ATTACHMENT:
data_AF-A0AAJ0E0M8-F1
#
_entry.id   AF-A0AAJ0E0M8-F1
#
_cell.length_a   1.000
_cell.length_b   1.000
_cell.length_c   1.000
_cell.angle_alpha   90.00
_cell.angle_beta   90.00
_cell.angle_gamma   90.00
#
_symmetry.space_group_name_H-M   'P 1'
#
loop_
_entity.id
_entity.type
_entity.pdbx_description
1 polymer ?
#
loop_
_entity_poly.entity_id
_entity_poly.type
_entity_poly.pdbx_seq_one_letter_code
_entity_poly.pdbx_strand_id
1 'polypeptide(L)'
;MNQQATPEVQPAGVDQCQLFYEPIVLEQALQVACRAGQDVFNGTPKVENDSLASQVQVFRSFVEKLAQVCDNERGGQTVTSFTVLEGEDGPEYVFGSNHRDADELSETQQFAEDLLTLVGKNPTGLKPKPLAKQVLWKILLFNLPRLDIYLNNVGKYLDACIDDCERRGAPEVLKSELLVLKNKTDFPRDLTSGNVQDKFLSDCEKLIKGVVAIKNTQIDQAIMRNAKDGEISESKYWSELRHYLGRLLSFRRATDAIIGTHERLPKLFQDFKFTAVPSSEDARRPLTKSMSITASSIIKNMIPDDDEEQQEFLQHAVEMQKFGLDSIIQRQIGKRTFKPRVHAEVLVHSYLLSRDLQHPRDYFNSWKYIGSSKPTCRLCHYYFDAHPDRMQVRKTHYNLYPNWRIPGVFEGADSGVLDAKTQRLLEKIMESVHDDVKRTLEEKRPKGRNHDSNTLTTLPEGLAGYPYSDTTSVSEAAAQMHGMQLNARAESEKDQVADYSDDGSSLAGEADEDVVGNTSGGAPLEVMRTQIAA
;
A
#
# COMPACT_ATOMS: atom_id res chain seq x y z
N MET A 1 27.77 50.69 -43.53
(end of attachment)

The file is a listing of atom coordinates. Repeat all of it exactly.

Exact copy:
data_AF-A0AAJ0E0M8-F1
#
_entry.id   AF-A0AAJ0E0M8-F1
#
_cell.length_a   1.000
_cell.length_b   1.000
_cell.length_c   1.000
_cell.angle_alpha   90.00
_cell.angle_beta   90.00
_cell.angle_gamma   90.00
#
_symmetry.space_group_name_H-M   'P 1'
#
loop_
_entity.id
_entity.type
_entity.pdbx_description
1 polymer ?
#
loop_
_entity_poly.entity_id
_entity_poly.type
_entity_poly.pdbx_seq_one_letter_code
_entity_poly.pdbx_strand_id
1 'polypeptide(L)'
;MNQQATPEVQPAGVDQCQLFYEPIVLEQALQVACRAGQDVFNGTPKVENDSLASQVQVFRSFVEKLAQVCDNERGGQTVTSFTVLEGEDGPEYVFGSNHRDADELSETQQFAEDLLTLVGKNPTGLKPKPLAKQVLWKILLFNLPRLDIYLNNVGKYLDACIDDCERRGAPEVLKSELLVLKNKTDFPRDLTSGNVQDKFLSDCEKLIKGVVAIKNTQIDQAIMRNAKDGEISESKYWSELRHYLGRLLSFRRATDAIIGTHERLPKLFQDFKFTAVPSSEDARRPLTKSMSITASSIIKNMIPDDDEEQQEFLQHAVEMQKFGLDSIIQRQIGKRTFKPRVHAEVLVHSYLLSRDLQHPRDYFNSWKYIGSSKPTCRLCHYYFDAHPDRMQVRKTHYNLYPNWRIPGVFEGADSGVLDAKTQRLLEKIMESVHDDVKRTLEEKRPKGRNHDSNTLTTLPEGLAGYPYSDTTSVSEAAAQMHGMQLNARAESEKDQVADYSDDGSSLAGEADEDVVGNTSGGAPLEVMRTQIAA
;
A
#
# COMPACT_ATOMS: atom_id res chain seq x y z
N MET A 1 27.77 50.69 -43.53